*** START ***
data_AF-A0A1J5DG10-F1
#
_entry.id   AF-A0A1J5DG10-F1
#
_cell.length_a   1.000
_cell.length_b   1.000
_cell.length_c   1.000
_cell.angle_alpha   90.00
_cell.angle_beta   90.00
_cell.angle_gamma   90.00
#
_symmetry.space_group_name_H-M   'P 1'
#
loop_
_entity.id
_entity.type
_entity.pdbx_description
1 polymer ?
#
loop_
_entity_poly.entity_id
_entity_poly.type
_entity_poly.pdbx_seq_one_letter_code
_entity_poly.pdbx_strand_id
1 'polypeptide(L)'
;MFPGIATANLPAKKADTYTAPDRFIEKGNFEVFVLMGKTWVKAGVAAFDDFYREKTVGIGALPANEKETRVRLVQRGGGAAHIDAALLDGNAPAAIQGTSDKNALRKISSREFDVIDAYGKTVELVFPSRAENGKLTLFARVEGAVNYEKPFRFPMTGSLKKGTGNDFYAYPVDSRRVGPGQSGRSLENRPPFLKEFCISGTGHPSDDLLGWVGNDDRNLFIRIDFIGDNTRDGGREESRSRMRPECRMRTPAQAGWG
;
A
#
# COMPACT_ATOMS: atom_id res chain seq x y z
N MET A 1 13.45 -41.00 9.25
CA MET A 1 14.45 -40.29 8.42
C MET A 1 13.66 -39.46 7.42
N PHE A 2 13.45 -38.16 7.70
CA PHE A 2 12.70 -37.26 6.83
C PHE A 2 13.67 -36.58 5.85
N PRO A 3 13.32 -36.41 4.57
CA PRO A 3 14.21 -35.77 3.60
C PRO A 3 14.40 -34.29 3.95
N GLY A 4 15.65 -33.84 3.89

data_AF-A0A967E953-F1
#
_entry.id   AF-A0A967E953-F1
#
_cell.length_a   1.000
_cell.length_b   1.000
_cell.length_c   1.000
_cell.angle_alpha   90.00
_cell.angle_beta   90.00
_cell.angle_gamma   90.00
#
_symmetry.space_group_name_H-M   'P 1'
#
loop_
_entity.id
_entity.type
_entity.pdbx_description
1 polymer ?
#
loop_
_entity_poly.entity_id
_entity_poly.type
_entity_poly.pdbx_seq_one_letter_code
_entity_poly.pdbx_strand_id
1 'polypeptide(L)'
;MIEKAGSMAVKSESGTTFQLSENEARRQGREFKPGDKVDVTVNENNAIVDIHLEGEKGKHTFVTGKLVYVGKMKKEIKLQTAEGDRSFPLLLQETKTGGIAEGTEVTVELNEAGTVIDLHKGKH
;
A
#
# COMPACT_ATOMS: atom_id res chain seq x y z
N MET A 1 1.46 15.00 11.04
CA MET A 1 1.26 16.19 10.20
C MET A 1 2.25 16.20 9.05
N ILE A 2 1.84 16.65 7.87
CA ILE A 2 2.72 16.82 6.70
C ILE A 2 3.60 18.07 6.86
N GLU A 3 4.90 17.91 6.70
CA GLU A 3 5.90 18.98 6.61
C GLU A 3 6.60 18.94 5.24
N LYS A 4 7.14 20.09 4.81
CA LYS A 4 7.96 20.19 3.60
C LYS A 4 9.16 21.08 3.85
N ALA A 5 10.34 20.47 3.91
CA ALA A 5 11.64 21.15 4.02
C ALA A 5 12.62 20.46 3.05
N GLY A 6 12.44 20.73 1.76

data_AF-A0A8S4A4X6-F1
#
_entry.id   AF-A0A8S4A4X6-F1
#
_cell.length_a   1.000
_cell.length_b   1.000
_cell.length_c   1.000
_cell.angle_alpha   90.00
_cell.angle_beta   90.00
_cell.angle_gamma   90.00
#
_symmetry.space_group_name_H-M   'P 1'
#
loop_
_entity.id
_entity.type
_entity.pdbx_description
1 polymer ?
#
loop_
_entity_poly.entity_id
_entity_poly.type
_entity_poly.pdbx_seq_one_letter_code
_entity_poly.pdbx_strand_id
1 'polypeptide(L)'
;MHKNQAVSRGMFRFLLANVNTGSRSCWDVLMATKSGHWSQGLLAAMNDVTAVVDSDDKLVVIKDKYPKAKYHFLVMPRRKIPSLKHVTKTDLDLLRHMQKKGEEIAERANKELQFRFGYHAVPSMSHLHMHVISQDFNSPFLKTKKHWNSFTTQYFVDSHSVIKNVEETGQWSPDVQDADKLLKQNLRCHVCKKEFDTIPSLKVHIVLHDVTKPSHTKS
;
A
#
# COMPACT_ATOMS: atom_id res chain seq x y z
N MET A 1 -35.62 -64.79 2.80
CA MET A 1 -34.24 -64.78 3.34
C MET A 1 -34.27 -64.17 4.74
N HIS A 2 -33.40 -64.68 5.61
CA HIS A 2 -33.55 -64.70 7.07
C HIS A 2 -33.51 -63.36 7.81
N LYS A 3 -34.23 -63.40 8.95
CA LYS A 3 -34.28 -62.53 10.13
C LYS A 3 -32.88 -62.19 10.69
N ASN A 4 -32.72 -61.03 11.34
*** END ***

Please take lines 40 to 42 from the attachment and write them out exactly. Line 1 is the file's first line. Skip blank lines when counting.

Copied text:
N GLY A 4 15.65 -33.84 3.89

data_AF-A0A967E953-F1
#